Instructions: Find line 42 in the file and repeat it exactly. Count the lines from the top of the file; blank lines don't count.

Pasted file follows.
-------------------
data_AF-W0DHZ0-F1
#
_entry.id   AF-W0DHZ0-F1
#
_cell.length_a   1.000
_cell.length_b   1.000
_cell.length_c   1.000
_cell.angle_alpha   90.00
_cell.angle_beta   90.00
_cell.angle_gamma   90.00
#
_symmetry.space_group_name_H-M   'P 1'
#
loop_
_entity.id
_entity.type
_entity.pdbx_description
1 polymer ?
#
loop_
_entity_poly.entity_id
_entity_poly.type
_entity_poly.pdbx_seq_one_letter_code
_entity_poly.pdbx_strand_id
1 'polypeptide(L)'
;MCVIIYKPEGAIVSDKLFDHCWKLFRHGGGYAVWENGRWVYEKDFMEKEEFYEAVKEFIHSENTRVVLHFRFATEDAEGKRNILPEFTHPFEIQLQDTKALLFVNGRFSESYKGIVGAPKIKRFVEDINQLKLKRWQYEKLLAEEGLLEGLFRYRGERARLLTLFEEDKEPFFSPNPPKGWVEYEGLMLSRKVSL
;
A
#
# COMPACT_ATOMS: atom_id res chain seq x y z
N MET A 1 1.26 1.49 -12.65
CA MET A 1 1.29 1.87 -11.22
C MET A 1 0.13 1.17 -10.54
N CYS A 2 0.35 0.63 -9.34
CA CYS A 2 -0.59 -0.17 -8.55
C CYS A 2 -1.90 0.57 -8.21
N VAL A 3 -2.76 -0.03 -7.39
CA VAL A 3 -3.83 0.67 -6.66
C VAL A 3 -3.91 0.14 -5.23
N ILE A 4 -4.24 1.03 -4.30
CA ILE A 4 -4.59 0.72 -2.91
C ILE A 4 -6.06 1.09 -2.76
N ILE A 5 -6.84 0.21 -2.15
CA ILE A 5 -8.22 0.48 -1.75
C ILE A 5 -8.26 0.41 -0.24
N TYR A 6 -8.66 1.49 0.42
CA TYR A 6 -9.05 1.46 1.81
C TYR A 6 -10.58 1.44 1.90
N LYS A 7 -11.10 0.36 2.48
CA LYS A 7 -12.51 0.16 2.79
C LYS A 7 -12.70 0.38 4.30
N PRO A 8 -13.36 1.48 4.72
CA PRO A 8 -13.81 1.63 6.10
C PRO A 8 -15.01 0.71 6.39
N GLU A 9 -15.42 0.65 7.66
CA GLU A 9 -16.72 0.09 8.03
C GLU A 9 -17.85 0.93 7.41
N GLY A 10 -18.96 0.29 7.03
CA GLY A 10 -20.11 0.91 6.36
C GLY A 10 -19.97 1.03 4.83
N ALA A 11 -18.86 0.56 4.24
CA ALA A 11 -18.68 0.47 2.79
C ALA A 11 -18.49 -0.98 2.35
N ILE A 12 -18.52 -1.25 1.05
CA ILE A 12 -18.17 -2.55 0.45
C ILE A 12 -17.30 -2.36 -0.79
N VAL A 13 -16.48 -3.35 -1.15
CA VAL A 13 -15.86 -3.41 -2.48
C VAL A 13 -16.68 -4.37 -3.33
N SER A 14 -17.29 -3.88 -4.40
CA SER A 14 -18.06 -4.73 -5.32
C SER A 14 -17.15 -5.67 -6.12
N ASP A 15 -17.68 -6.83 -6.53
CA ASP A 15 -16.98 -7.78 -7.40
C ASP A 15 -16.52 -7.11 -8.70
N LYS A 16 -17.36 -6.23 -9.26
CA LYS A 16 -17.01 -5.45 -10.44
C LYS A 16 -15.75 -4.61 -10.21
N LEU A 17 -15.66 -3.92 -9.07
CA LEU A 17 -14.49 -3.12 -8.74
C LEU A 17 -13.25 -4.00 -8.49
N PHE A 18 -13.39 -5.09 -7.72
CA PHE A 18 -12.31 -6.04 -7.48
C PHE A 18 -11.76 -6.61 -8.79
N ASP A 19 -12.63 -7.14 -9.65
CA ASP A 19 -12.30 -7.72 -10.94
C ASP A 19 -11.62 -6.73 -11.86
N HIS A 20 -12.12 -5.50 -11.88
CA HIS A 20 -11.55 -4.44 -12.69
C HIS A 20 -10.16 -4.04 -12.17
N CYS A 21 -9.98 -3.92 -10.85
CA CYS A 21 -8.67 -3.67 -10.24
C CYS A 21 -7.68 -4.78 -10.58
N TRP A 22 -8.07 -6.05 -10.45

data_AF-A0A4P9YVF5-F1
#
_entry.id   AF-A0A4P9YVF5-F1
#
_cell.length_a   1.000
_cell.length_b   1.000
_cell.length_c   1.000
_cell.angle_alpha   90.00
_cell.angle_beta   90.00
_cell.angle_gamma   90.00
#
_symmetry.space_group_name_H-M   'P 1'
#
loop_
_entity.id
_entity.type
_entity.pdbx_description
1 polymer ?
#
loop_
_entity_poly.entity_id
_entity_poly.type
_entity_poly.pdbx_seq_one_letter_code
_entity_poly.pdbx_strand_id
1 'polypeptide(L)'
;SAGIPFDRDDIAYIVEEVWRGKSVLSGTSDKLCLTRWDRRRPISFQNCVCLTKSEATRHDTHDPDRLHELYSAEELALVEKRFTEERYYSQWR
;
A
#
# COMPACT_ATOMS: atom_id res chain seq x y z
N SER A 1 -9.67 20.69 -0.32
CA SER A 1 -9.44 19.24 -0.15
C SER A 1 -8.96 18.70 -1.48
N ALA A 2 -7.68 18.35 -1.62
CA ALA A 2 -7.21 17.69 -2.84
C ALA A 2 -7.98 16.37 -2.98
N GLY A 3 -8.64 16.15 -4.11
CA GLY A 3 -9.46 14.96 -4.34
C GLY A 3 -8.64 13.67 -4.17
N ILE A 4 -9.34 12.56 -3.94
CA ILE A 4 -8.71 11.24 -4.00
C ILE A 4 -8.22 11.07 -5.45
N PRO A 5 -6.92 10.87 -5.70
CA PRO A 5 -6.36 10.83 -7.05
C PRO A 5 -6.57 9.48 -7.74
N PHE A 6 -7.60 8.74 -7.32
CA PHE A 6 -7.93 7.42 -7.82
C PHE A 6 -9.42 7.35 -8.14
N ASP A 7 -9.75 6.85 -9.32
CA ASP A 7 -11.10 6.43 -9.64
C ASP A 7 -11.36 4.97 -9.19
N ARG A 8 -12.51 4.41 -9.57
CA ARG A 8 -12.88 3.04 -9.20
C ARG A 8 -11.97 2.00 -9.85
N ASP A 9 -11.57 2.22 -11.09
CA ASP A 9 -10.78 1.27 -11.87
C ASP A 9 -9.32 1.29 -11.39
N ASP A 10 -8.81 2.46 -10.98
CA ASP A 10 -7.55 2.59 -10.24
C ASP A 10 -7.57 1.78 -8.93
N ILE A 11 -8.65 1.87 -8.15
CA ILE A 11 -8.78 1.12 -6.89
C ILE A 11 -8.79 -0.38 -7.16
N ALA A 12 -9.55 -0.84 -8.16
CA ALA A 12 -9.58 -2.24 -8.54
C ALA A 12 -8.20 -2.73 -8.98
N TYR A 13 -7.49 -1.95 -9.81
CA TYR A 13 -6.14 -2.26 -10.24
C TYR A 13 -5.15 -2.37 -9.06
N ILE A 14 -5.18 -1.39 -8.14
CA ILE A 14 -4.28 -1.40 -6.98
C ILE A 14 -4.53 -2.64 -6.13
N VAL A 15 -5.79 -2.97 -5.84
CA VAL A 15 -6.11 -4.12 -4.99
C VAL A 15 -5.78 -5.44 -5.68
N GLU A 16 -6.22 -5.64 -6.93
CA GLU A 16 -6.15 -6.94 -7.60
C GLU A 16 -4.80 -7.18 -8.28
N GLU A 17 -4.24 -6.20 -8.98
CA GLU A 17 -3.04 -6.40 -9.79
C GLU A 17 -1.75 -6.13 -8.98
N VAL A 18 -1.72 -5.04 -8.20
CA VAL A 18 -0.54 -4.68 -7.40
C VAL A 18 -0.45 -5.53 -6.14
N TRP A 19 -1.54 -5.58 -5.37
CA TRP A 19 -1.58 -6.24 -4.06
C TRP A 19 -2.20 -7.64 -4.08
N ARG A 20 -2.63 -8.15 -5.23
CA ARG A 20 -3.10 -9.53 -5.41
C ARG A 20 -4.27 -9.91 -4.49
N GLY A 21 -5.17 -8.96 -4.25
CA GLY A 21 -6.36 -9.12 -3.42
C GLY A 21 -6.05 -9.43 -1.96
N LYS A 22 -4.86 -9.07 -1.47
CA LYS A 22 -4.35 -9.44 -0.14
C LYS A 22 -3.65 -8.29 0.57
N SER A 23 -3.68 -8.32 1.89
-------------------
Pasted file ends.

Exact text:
C ILE A 4 -6.06 1.09 -2.76